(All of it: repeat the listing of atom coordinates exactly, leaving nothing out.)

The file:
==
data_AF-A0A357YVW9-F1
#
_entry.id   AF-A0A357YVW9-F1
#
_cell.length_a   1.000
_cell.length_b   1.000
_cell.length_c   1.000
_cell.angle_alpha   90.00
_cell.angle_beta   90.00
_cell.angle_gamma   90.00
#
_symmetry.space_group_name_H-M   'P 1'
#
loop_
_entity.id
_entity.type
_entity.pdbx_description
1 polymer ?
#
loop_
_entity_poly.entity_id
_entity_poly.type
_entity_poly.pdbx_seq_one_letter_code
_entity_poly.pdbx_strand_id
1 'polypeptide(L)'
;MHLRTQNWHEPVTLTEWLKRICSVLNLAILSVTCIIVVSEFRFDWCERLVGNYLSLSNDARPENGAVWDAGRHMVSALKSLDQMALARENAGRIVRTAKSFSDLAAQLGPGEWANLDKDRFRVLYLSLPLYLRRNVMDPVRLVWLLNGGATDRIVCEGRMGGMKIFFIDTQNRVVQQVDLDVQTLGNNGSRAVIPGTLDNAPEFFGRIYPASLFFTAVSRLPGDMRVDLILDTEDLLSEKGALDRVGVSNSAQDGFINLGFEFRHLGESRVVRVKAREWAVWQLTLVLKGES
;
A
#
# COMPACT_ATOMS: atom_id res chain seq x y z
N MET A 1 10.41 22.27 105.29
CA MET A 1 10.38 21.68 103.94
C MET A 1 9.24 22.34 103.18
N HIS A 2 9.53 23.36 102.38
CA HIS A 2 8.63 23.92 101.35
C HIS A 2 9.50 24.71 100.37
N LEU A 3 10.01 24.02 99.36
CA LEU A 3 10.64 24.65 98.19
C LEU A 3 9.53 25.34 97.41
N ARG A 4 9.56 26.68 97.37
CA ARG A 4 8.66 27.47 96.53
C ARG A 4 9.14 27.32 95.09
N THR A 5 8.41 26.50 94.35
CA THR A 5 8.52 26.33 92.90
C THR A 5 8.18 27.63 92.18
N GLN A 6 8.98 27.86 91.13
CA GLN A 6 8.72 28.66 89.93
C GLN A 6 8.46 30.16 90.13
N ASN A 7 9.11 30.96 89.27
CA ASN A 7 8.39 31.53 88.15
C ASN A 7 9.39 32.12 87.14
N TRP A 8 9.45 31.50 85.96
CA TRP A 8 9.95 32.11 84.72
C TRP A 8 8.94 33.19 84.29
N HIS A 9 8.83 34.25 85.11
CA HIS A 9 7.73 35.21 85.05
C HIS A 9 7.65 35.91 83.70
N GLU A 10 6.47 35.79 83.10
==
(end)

data_AF-A0A357YVW9-F1
#
_entry.id   AF-A0A357YVW9-F1
#
_cell.length_a   1.000
_cell.length_b   1.000
_cell.length_c   1.000
_cell.angle_alpha   90.00
_cell.angle_beta   90.00
_cell.angle_gamma   90.00
#
_symmetry.space_group_name_H-M   'P 1'
#
loop_
_entity.id
_entity.type
_entity.pdbx_description
1 polymer ?
#
loop_
_entity_poly.entity_id
_entity_poly.type
_entity_poly.pdbx_seq_one_letter_code
_entity_poly.pdbx_strand_id
1 'polypeptide(L)'
;MHLRTQNWHEPVTLTEWLKRICSVLNLAILSVTCIIVVSEFRFDWCERLVGNYLSLSNDARPENGAVWDAGRHMVSALKSLDQMALARENAGRIVRTAKSFSDLAAQLGPGEWANLDKDRFRVLYLSLPLYLRRNVMDPVRLVWLLNGGATDRIVCEGRMGGMKIFFIDTQNRVVQQVDLDVQTLGNNGSRAVIPGTLDNAPEFFGRIYPASLFFTAVSRLPGDMRVDLILDTEDLLSEKGALDRVGVSNSAQDGFINLGFEFRHLGESRVVRVKAREWAVWQLTLVLKGES
;
A
#
# COMPACT_ATOMS: atom_id res chain seq x y z
N MET A 1 10.41 22.27 105.29
CA MET A 1 10.38 21.68 103.94
C MET A 1 9.24 22.34 103.18
N HIS A 2 9.53 23.36 102.38
CA HIS A 2 8.63 23.92 101.35
C HIS A 2 9.50 24.71 100.37
N LEU A 3 10.01 24.02 99.36
CA LEU A 3 10.64 24.65 98.19
C LEU A 3 9.53 25.34 97.41
N ARG A 4 9.56 26.68 97.37
CA ARG A 4 8.66 27.47 96.53
C ARG A 4 9.14 27.32 95.09
N THR A 5 8.41 26.50 94.35
CA THR A 5 8.52 26.33 92.90
C THR A 5 8.18 27.63 92.18
N GLN A 6 8.98 27.86 91.13
CA GLN A 6 8.72 28.66 89.93
C GLN A 6 8.46 30.16 90.13
N ASN A 7 9.11 30.96 89.27
CA ASN A 7 8.39 31.53 88.15
C ASN A 7 9.39 32.12 87.14
N TRP A 8 9.45 31.50 85.96
CA TRP A 8 9.95 32.11 84.72
C TRP A 8 8.94 33.19 84.29
N HIS A 9 8.83 34.25 85.11
CA HIS A 9 7.73 35.21 85.05
C HIS A 9 7.65 35.91 83.70
N GLU A 10 6.47 35.79 83.10